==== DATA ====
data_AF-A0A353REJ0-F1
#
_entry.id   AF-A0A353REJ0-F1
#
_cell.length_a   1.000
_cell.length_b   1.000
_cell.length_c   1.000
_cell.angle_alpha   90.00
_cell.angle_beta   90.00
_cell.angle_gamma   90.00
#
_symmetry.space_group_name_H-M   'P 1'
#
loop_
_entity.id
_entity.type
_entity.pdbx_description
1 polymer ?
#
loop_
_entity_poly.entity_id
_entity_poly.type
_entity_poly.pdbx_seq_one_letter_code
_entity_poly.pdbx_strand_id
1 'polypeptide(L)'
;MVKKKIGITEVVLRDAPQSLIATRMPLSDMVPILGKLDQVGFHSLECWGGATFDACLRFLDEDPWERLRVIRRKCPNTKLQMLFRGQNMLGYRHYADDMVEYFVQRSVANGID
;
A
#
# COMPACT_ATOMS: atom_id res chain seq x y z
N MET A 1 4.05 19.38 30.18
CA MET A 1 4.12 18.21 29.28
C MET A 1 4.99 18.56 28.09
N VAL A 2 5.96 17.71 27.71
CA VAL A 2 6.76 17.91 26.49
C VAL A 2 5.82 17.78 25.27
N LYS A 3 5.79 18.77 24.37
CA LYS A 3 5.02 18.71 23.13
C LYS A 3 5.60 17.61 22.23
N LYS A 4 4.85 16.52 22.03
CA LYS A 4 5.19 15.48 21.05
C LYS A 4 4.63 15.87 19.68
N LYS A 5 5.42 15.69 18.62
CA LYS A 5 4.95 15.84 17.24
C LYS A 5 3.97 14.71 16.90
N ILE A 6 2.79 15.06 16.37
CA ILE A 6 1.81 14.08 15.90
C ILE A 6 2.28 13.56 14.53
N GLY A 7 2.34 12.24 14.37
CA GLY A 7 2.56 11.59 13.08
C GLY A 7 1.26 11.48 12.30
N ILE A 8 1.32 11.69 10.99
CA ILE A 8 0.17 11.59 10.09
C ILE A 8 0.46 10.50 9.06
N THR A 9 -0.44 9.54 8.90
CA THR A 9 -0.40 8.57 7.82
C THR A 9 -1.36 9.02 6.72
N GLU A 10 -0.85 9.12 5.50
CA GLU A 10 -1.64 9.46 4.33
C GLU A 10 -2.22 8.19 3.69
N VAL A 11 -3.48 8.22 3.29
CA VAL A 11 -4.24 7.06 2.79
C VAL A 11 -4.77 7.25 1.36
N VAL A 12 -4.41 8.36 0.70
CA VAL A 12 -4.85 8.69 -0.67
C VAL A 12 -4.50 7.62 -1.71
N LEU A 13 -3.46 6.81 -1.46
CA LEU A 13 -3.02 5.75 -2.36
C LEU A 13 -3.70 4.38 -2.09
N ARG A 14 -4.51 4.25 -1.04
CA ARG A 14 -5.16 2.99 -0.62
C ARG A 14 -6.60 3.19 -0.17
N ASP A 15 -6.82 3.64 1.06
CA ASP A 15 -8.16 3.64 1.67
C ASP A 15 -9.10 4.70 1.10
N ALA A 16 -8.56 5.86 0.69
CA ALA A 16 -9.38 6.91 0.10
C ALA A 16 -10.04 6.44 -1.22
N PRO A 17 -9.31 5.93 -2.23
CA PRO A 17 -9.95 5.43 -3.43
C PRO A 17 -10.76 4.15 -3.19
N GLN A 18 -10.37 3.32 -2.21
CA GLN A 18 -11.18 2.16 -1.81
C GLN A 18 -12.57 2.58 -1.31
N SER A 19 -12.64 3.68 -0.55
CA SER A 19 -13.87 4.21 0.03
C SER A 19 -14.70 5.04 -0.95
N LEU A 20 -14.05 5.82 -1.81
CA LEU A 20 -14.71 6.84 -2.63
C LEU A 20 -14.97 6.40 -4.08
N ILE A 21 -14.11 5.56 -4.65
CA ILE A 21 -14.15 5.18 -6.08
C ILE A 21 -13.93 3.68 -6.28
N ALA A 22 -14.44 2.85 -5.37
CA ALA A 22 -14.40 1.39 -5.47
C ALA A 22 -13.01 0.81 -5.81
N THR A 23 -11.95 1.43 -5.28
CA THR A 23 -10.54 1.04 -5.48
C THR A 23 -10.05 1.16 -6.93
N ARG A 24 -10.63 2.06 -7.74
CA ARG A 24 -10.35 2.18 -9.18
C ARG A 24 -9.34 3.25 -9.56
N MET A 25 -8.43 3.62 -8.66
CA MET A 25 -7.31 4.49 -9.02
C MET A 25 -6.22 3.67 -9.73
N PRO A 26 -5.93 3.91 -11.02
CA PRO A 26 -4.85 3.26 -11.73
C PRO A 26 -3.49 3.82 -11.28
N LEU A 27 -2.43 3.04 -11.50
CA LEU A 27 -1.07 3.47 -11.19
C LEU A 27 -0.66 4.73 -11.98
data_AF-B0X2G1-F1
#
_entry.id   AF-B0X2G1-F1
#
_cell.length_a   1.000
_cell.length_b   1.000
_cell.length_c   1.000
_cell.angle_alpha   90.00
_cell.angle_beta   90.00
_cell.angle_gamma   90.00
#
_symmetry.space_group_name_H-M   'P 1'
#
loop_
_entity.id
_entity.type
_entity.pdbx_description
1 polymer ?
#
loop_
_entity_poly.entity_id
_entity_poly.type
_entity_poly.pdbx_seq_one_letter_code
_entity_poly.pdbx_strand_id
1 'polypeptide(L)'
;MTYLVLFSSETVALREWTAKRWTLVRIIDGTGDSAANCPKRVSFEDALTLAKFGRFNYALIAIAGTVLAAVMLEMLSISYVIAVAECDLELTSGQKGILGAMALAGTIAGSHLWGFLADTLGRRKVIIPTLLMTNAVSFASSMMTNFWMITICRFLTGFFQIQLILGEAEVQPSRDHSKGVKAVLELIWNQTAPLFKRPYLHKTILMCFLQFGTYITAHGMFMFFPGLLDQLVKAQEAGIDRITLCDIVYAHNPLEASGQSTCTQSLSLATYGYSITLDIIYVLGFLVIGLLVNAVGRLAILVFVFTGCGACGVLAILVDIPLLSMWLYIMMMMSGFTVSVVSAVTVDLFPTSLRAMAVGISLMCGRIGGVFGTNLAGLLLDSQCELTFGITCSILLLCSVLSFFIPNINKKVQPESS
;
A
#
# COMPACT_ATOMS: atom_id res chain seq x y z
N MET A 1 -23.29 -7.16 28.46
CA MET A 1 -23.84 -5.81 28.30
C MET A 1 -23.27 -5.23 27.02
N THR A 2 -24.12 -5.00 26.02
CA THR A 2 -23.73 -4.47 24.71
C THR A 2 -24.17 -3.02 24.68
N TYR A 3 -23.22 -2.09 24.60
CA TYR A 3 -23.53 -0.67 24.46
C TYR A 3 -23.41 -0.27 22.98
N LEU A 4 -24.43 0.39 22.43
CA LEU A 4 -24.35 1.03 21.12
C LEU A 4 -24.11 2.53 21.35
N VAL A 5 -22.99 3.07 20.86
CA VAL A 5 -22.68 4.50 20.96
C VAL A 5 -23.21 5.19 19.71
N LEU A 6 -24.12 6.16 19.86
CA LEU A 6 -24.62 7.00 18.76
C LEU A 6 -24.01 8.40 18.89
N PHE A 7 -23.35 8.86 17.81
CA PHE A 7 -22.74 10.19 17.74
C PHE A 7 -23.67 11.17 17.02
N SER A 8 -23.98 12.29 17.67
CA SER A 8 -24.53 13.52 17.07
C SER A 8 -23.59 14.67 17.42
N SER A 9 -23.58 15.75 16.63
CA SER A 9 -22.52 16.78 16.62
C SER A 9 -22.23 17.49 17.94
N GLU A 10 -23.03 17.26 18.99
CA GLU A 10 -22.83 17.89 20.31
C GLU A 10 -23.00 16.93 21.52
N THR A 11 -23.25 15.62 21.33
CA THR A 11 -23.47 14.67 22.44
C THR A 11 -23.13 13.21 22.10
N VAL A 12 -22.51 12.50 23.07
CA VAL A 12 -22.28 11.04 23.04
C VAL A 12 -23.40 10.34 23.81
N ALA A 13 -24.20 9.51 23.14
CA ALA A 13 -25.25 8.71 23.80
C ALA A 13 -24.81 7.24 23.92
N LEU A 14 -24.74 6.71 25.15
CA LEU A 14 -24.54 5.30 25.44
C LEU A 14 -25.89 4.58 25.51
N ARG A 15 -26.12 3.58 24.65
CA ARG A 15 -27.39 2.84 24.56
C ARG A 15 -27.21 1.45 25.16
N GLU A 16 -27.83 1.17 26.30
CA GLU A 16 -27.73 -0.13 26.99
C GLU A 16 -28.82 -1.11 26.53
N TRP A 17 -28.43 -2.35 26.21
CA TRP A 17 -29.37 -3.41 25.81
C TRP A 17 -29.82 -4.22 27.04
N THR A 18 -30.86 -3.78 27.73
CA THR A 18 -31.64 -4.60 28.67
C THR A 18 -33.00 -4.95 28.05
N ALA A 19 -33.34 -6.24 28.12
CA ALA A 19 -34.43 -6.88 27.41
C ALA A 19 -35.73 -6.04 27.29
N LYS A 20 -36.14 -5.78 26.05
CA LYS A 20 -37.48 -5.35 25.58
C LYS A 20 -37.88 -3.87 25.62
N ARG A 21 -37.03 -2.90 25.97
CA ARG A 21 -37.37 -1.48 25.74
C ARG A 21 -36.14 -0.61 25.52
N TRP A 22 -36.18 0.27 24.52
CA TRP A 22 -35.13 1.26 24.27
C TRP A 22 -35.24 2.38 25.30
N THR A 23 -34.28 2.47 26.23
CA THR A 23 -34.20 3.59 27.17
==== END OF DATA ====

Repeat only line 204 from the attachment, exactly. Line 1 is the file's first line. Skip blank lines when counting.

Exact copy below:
C ARG A 21 -36.14 -0.61 25.52